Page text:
The world’s oldest creatures live in cold, dark places

Meet the animals that live surprisingly long lives, in some of the planet’s toughest places. Graham Duggan

In The Nature of Things documentary, Aging in the Wild viewers meet species that exemplify all realms of age: longevity, reproductive health, social status and wisdom. From elephants to orcas, the animal kingdom has a good share of marathon agers.


In the animal world, bigger animals often live longer. For small animals, life can move very quickly, and maintaining a high heart rate and metabolism wears out their bodies within a year or two (mice, shrews), but some of the bigger mammals can stick around a lot longer. With a slower metabolism and heart rate, larger animals have extended longevity. 

But there are some animals that live unexpectedly long lives, and they may surprise you.

Mole Rat: Ageless but ugly

Since they share a likeness to a sausage on legs with teeth — the naked mole rat can’t be considered one of nature’s ‘prettiest’ creatures, but they do have some very peculiar traits. They’re impervious to some types of pain, resistant to cancer and able to survive without oxygen for up to 18 minutes!

And when it comes to aging, the wrinkly pink rodents are one of a kind. These small social mammals live in large underground colonies and can live much longer than you would expect. Most similarly sized rodents live for about 6 years but naked mole rats can survive beyond 30 years, even remaining fertile in old age.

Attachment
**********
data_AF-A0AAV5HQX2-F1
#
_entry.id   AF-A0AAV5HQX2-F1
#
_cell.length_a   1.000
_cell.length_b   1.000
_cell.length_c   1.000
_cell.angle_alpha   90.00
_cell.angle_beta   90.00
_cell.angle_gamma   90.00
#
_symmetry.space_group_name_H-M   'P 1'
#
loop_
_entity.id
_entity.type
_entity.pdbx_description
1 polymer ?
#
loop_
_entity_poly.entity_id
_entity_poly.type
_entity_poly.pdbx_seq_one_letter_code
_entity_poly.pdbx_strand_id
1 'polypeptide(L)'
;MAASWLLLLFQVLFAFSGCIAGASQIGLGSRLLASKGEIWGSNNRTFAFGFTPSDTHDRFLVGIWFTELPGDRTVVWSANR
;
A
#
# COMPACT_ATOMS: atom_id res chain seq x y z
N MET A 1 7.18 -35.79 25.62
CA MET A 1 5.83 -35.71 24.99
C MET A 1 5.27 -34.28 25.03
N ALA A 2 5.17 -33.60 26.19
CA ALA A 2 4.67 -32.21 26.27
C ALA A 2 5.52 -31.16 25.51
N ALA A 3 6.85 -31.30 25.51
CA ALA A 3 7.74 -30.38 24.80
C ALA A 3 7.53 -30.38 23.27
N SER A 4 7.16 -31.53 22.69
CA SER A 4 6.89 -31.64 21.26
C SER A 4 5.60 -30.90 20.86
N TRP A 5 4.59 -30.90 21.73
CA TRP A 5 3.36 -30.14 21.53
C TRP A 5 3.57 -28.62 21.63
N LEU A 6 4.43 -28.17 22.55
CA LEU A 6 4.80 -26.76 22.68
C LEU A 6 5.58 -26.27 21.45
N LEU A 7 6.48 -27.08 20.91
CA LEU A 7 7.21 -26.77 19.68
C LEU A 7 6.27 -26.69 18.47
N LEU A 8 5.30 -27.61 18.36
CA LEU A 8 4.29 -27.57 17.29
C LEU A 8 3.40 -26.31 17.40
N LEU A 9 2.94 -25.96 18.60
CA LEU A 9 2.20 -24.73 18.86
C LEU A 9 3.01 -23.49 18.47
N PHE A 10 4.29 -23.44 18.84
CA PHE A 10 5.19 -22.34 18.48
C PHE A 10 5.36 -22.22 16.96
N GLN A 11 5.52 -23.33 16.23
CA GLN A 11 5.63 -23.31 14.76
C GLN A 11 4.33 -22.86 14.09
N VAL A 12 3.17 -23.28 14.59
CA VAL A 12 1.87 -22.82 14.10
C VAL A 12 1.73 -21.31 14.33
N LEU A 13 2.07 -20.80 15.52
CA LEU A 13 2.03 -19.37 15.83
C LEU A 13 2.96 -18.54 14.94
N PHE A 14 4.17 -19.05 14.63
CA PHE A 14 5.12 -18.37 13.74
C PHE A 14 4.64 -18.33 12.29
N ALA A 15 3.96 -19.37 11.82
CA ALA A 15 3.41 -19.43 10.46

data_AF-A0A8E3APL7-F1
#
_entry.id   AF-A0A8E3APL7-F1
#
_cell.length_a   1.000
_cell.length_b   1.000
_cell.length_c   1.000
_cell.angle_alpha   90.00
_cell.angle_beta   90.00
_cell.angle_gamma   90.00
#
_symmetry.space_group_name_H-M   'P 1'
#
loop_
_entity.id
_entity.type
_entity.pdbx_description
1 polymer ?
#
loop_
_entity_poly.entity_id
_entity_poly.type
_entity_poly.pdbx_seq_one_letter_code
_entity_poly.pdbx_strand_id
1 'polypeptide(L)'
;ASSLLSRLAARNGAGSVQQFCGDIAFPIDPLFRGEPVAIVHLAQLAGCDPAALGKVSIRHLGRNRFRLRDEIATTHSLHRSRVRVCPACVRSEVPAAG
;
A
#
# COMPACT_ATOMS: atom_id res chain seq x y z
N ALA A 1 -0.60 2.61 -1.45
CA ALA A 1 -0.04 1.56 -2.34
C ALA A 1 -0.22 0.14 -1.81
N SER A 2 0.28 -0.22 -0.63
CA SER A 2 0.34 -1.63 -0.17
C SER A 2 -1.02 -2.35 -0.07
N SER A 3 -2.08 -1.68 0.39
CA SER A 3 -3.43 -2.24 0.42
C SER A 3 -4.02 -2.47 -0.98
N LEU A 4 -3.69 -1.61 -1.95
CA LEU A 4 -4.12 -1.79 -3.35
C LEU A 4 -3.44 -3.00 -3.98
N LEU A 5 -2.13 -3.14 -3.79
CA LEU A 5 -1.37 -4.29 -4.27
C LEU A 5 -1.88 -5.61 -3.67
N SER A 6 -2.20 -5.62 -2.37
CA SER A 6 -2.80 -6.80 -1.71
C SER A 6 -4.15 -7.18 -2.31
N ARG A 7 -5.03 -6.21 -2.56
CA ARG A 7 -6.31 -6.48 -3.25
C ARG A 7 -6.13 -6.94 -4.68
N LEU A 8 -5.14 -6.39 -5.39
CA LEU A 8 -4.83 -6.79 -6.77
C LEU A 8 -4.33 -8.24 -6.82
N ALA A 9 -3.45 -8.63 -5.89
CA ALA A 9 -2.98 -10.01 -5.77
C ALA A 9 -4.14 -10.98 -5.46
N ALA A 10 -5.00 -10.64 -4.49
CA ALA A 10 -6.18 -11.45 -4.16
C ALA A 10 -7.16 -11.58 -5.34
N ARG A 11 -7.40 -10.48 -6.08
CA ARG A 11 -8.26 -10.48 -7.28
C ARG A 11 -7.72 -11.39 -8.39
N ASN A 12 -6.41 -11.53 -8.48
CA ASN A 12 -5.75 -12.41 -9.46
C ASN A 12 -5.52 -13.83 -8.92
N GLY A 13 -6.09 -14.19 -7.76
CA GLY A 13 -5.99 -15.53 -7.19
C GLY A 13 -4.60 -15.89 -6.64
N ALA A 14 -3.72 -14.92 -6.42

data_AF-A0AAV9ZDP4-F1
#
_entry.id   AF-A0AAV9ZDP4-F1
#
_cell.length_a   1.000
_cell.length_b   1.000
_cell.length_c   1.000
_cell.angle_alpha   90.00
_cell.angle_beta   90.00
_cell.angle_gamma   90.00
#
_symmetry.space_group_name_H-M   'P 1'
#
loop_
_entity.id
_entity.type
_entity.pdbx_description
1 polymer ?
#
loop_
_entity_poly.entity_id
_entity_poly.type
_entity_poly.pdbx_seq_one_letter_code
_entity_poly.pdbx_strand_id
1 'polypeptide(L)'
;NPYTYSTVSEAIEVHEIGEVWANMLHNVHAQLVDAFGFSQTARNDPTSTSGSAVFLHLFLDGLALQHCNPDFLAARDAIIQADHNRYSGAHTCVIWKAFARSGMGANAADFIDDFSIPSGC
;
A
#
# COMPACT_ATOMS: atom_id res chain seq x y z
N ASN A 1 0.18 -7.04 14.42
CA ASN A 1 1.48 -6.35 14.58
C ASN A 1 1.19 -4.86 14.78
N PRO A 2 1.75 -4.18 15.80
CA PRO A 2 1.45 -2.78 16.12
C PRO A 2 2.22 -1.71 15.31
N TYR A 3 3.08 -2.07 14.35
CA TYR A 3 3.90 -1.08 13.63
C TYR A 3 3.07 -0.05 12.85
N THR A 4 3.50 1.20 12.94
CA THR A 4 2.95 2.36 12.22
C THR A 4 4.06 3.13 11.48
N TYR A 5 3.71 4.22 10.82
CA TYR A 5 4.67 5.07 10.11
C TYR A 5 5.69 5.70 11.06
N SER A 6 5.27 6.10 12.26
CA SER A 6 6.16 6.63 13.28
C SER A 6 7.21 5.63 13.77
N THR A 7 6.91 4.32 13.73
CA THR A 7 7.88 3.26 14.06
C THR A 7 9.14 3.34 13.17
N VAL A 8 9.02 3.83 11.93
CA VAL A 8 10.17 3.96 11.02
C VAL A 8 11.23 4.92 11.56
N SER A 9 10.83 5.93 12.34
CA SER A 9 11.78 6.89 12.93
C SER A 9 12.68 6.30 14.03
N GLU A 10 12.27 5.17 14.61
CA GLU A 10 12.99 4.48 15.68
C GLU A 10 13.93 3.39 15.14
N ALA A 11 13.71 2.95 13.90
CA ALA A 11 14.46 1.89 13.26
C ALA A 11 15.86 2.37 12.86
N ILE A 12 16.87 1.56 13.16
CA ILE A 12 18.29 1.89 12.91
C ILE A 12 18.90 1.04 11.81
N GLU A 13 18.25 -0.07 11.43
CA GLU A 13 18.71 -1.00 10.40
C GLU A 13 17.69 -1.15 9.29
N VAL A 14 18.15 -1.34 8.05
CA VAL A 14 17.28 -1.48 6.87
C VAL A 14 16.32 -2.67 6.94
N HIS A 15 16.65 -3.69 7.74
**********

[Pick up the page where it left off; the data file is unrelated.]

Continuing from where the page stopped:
Naked mole rat

Photo: iStockPhoto/Getty Images

These mole rats also have another trick up their sleeve — they don’t age. As most mammals grow older, their risk of dying increases rapidly — but not mole rats. Their bodies avoid the cellular and physical degradation that normally comes with age and they remain youthful and healthy, even in their final years of life. This ability is special among mammals and could offer some hope for humans trying to avoid age-related diseases in the future.

Olm: Life in the dark

There are some reptiles that are well-known for their longevity — sea turtles can live to around 80 and there are records of some giant tortoises living to 250!

But we don’t usually give much thought to their slimy-skinned cousins, the amphibians. Many frog and salamander species can actually live to 10 or 20 years. The Maud Island frog from New Zealand is a real old-timer. Researchers have been running a long-term study on their population in the wild, monitoring some individuals that are over 40 years of age! Quite impressive for a 5 cm long amphibian!

But one of the longest-lived amphibians almost looks long in the tooth, even when young — blind, pale and slender, the ‘olm’ is a champion among aging amphibians. They are a strange species of salamander that evolved in the pitch-black caves of southern Europe, where the lack of light resulted in their reduced eyesight. In its dark, watery home, the olm takes nearly 16 years to reach maturity and even then, only reproduces every 12 years. But for a small animal, their maximum lifespan is incredible — roughly 102 years!


Photo: iStockPhoto/Getty Images